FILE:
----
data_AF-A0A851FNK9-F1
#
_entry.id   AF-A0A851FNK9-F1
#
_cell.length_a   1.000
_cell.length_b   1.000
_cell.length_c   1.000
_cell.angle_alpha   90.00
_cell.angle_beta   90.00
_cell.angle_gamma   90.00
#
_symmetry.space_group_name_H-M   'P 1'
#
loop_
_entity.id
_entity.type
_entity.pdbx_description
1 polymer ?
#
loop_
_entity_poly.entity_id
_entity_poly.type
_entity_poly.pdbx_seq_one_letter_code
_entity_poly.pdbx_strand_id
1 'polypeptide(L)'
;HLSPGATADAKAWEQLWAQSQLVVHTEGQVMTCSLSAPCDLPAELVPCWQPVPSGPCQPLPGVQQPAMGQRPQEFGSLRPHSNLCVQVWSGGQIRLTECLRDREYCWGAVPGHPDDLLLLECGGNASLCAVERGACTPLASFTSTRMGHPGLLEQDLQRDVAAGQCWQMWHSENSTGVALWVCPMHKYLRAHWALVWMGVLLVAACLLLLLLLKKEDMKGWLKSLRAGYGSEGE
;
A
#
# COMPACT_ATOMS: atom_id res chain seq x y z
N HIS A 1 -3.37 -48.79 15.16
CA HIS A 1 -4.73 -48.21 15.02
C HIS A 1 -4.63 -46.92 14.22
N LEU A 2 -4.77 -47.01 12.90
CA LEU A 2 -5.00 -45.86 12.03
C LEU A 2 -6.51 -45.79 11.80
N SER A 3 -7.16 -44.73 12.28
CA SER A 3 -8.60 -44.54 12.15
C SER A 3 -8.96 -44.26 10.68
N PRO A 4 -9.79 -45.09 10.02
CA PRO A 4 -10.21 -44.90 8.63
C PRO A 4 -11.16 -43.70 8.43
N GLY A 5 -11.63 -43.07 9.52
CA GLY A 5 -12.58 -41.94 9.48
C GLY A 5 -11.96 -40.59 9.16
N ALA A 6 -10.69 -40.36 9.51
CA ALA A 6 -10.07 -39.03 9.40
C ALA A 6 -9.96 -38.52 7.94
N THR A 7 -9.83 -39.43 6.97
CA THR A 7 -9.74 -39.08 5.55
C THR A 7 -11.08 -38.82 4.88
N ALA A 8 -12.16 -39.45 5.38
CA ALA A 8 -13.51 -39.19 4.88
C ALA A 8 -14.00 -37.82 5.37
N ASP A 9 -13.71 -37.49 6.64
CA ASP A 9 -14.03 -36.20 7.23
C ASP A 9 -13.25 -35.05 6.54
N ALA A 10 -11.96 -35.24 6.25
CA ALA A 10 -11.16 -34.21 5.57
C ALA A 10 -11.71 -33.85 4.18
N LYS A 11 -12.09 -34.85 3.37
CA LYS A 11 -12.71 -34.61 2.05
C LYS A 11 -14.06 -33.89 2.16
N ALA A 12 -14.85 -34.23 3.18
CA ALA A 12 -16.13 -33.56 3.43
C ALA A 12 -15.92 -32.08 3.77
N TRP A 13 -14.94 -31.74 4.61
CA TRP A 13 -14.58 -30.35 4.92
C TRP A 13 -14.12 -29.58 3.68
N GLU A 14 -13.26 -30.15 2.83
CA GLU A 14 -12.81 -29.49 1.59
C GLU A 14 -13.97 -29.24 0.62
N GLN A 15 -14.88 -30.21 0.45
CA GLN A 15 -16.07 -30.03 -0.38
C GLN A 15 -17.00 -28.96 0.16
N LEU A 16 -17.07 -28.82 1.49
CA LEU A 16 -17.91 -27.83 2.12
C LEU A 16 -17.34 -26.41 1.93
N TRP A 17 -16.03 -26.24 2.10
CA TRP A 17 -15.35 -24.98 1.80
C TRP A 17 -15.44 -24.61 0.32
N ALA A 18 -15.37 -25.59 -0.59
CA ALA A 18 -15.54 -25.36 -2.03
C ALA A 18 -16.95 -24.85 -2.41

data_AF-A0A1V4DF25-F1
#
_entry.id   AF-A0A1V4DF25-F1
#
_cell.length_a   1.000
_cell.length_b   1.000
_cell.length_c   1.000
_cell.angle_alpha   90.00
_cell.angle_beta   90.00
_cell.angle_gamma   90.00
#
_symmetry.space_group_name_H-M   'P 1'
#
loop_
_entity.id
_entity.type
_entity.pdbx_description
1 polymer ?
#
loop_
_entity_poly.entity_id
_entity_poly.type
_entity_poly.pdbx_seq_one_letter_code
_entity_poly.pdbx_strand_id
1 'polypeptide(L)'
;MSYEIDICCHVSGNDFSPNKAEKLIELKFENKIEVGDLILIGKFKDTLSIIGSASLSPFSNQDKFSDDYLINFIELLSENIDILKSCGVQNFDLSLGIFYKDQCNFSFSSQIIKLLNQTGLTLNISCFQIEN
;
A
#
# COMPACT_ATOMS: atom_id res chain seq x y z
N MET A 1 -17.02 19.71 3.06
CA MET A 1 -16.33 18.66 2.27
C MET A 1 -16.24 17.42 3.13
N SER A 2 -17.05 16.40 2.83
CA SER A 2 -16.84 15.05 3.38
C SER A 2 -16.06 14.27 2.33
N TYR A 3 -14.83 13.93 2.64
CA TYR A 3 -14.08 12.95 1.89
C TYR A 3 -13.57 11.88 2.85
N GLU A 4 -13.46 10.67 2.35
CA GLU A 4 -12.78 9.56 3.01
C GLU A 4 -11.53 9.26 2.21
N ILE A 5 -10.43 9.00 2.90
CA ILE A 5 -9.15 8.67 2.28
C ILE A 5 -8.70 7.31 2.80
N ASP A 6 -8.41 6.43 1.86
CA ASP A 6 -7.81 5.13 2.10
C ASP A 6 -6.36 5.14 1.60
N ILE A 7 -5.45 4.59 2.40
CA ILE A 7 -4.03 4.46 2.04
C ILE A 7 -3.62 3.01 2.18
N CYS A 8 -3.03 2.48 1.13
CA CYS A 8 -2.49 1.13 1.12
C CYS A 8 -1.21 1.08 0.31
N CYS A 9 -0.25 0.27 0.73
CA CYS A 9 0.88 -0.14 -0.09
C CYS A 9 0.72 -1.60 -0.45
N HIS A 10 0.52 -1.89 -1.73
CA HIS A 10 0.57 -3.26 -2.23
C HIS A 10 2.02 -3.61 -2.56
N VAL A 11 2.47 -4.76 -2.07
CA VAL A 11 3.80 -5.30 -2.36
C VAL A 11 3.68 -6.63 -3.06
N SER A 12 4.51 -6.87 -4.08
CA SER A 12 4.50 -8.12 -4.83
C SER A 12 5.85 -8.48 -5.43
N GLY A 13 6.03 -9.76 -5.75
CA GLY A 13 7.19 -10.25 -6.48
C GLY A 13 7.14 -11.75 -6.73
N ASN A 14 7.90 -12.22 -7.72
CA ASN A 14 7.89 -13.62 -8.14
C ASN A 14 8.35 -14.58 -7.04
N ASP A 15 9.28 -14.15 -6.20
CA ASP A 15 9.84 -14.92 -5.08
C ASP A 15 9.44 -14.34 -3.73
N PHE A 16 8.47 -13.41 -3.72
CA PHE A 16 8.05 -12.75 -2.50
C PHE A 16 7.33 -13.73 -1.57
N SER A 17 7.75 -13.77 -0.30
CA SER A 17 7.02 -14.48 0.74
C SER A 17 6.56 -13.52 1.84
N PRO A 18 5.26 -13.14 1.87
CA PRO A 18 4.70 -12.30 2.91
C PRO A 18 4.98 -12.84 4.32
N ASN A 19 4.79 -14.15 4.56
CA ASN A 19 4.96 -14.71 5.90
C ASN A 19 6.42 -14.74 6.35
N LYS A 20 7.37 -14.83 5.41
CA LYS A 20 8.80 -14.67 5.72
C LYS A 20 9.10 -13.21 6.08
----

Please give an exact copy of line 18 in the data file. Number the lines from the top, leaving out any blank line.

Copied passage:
1 polymer ?